Is AppleCare Worth The Price?

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The pricing of AppleCare is in-keeping with that of other warranty providers. A SquareTrade iPhone 5S warranty, for example, is $124 for two years. SquareTrade does cover four accidents rather than just two, but this is unlikely to be a plus for all but the clumsiest owners. Best Buy’s warranty is even more expensive at $149.99 and is limited to 3 claim submissions.

MacBook owners will find a similar situation. The MacBook Pro 15″ with Retina display $349 AppleCare warranty may seem outrageously expensive, but a SquareTrade warranty for a laptop priced over $2,000 is $499. That said the more expensive plan does protect against accidents, while the AppleCare warranty for the MacBook Pro does not.

Apple’s customer service also adds value to the warranty. While SquareTrade is trustworthy, the warranties from other companies, including major retailers, may not be. Getting Best Buy to cover a warranty can sometimes be like trying to extract a tooth from a Tyrannosaurus Rex with a pair of pliers; it could happen, but you’ll probably die first. Buying the AppleCare warranty also provides you with Apple’s genius bar and phone support, a big plus competitors can’t offer, though SquareTrade tries its best by promising to reimburse the cost of a visit.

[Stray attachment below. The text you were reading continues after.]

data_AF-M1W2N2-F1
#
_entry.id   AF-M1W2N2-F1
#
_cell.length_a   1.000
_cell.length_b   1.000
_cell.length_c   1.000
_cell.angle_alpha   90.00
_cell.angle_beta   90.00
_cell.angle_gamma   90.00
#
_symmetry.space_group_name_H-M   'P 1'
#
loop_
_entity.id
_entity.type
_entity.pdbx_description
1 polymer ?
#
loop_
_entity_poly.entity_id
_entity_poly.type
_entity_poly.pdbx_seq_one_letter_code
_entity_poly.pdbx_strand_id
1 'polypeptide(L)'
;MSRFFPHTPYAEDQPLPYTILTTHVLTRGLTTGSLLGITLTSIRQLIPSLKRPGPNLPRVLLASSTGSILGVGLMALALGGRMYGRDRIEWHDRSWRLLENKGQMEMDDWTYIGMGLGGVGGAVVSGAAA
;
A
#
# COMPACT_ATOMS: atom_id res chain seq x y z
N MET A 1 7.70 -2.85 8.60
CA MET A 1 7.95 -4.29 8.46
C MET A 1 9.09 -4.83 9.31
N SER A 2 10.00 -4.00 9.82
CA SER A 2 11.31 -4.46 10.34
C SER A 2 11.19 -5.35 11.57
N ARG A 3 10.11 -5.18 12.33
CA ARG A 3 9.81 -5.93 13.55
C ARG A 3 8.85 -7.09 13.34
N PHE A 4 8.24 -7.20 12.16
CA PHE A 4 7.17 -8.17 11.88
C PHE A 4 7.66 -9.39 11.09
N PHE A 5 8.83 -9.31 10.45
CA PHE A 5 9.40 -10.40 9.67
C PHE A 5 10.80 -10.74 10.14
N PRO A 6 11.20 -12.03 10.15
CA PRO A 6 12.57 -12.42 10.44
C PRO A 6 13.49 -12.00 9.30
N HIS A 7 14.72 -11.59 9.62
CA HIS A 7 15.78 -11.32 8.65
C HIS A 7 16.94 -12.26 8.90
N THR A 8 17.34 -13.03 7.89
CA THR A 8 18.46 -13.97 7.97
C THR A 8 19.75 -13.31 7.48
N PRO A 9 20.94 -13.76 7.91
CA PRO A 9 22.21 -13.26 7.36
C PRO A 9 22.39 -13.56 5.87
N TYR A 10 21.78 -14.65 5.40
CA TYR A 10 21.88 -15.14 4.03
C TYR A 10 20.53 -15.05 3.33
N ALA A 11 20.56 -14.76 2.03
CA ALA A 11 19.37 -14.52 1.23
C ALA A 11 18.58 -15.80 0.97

Conclusion

As far as warranties go, AppleCare is a very good warranty. The protection it offers is strong and the price is lower than many third-party alternatives.

Does that mean you should buy it? No. Warranties, like all forms of insurance, work because the total money they pay out is lower than what everyone pays in. But unlike a car crash or cancer, breaking an iPhone won’t leave you bankrupt.